Music News

Thugs and Misses

In 2002, "My Neck, My Back," Khia's bass-heavy ode to oral pleasure, took over the urban airwaves. Despite the song's explicit exhortations, it became an international mainstream hit for the young Tampa rapper (born Khia Finch). Her debut album, Thug Misses, sold 800,000 copies independently. Then the rumors began. First there was the well-publicized beef with Miami rapper Jacki-O over their self-dubbed "Queen of the South" title. Then she experienced conflicts with her label that resulted in her 2003 follow-up album, Street Preacher, being shelved indefinitely. Then an urban legend circulated that Khia had passed away, either from the debilitating results of AIDS or by the hands of an enraged ex-lover. It's no wonder that when you ask the surprisingly ebullient and eloquent hip-hop starlet to address some of the increasingly hard-to-believe rumors that circulate about her, her tone becomes bluntly jaded.

"You know what? I been dead, so I'm so used to it," Khia tells New Times. "The industry is so full of shit. Radio personalities are there to make jokes and stir up gossip, just like the tabloids and the magazines. All they do is make up these ridiculous stories."

Maybe, but four years after her breakthrough hit, Khia is back to give the gossip mill something to grind about. She recently dropped her sophomore album, the gritty, multifaceted Gangstress, released on her own label, Thug Misses Entertainment. Khia's also taken to addressing the haters as bluntly as possible, facing up to her turbulent past, and making bold statements about many of her peers in the rap game.

To prove how real she is, Khia used a mosaic of her 19 mug shots as the cover of her new album. The photos, taken between 1994 and 1999, look like a hairdo hall of shame. In some, her eyelids are heavy and her expression is resigned. In others, Khia beams happily, as though she's posing for holiday photos in a mall photo booth.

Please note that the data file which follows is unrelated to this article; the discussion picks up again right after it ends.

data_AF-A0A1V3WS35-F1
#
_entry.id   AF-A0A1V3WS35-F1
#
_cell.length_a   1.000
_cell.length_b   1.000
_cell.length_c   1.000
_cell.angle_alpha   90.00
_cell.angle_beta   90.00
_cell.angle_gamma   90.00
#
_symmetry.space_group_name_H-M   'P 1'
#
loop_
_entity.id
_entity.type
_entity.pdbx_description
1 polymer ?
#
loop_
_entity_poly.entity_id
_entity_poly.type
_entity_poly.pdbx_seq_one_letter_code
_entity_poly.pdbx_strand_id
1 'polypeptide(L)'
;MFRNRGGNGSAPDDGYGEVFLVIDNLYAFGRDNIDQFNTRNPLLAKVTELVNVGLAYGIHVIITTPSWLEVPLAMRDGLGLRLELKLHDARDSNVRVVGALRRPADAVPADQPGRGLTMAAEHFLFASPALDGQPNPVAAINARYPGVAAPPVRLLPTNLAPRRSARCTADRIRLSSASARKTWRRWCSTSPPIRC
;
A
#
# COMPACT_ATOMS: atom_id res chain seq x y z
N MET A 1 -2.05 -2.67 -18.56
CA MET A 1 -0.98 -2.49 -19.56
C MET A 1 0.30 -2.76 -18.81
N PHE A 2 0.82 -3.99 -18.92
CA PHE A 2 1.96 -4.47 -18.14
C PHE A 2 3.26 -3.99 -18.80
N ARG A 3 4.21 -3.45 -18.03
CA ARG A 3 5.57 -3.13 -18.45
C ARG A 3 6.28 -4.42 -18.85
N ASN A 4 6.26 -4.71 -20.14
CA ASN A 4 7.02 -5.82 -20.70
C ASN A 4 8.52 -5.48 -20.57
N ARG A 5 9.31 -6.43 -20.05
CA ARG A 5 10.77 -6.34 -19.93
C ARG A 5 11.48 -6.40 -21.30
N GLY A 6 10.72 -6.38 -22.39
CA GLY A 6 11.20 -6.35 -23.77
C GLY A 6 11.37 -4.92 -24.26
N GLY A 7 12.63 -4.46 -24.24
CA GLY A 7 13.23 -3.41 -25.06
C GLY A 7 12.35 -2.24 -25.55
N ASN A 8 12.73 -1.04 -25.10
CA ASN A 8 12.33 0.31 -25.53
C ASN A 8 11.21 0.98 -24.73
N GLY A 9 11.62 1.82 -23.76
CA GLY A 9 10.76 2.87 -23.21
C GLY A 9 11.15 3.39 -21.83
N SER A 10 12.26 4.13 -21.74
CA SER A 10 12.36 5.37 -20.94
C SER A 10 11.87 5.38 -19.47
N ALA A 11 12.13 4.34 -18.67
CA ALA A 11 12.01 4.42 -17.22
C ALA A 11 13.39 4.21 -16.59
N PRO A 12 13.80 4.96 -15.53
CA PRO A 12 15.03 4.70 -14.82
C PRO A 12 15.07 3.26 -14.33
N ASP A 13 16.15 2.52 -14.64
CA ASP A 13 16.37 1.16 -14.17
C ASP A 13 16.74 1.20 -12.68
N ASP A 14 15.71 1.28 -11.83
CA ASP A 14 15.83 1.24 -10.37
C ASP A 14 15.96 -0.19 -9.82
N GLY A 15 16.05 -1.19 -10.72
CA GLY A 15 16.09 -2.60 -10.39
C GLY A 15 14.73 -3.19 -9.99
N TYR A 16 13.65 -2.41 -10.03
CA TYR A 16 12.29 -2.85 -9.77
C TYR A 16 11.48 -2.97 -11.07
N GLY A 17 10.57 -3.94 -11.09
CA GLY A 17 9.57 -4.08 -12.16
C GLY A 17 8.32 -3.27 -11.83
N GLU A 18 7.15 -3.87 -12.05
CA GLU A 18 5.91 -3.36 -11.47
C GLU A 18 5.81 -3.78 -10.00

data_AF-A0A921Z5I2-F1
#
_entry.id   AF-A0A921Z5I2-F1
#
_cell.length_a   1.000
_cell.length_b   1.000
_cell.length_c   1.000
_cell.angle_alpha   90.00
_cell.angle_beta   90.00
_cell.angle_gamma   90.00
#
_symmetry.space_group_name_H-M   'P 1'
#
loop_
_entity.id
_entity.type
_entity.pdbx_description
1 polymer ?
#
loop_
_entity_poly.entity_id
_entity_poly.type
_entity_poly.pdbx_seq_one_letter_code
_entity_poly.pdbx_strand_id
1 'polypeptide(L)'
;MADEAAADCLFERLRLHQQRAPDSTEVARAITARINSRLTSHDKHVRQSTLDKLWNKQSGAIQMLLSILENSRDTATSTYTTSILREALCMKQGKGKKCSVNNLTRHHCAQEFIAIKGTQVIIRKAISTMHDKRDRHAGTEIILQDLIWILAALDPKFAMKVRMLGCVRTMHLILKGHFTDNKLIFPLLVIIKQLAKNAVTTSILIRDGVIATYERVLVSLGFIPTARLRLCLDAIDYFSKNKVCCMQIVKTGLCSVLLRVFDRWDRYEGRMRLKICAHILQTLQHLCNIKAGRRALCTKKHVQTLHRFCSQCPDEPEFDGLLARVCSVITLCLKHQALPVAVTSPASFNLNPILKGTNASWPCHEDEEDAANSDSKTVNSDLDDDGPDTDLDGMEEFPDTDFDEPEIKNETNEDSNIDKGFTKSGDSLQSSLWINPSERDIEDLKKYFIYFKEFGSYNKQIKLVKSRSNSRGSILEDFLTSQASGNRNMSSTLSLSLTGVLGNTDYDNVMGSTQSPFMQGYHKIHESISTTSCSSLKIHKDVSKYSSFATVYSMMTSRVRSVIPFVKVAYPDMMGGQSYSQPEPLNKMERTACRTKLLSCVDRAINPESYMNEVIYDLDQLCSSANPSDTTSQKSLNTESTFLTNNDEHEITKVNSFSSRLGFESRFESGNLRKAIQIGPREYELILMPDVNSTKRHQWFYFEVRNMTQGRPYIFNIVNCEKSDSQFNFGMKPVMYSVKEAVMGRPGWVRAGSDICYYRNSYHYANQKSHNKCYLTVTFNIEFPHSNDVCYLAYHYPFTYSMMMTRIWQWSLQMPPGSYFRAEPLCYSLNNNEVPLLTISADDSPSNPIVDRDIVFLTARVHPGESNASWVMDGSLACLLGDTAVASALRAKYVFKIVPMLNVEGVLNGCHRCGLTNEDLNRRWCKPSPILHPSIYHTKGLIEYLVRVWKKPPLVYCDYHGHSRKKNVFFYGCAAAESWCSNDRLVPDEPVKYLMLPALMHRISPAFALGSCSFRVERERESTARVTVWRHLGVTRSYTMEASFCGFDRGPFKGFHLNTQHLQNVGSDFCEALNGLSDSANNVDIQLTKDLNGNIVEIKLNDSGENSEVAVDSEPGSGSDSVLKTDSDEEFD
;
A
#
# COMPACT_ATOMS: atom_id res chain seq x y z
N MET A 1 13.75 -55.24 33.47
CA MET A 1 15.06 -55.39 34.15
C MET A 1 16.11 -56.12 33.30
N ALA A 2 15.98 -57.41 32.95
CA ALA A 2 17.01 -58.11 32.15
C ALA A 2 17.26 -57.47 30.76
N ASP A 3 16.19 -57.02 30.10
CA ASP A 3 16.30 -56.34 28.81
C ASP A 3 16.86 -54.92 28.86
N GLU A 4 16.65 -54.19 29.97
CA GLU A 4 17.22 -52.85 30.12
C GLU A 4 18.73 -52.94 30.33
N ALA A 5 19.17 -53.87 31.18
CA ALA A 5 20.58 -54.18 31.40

"I was bad; I didn't even care!" Khia says. "I was smiling, defiant, gangsta-leaning back in the day. But I didn't want to put myself on the album cover butt naked. I wanted them to see that this is Khia. It's a Gangstress move, 'cause look at me now. Lil' Kim ain't the first person to go to jail. There's plenty of us who ride big and ball and fall just like the guys do."

The first single, the woozy "Snatch the Cat Back," is beginning to get radio and television airplay. "I have my off-the-chain sexual songs," Khia says, "but I always try to put some conscious songs on there too. Definitely, it's for the thug misses, for the ones who try to be so tough. I know they gonna love those songs, coming from me."

More somber tracks on the album include "Forgive Me for My Sins," "For the Love of Money," and "I've Been Called a Bitch," the chorus of which proclaims that Khia has never been called a ho — and never will. It's not exactly what you'd expect from a woman whose last hit song demanded a tongue bath for the most intimate crevices of her body.

"I'd rather be called a bitch than a ho," Khia explains, taking pains to make her terminology clear. "I can be a bitch because I'm dealing with a lot of corporate people. But I ain't gonna never be called a ho."

Khia sees a big difference between her brand of blatant sexuality and that of her posturing peers. "I don't approve of it, just thinking that whoring is something to be proud of," she says. "I might be saying 'My Neck, My Back.' But I'm still saying, 'Respect me, please me, make me feel good.' I ain't gon' be like, 'I'll suck your dick, pay me,' and it's all about money. It's about demanding respect and loving yourself."

In the future, Khia's musical wish list includes working with Missy Elliott, Lil Wayne, Mannie Fresh, and Lil Jon. Khia recently recorded a duet with Janet Jackson, and their collaboration provided fresh mulch for the gossipmongers, with reports that Khia dissed Jackson and Jermaine Dupri. When questioned about the anti-Janet quote that was attributed to her in an article on, Khia is flabbergasted. "Oh, that is ridiculous! Why would I say anything like that?" she fumes. "Why would I not want to be a part of her album? It's Janet Jackson — are ya'll crazy? I don't know where they get these stories from!"

Maybe that's why Khia's been busy writing some stories of her own. Yes, the gangstress has written an autobiography called Gangsta Love, which she hopes to release by the year's end. "You'll definitely be able to see where the mug shots and the songs come from," Khia says. "It's definitely something I want to bring to film. We need a Girlz N the Hood! Guys always show their stories. But us women, we go through a lot of shit out here, and we need to bring it to life."

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Patrice Elizabeth Grell Yursik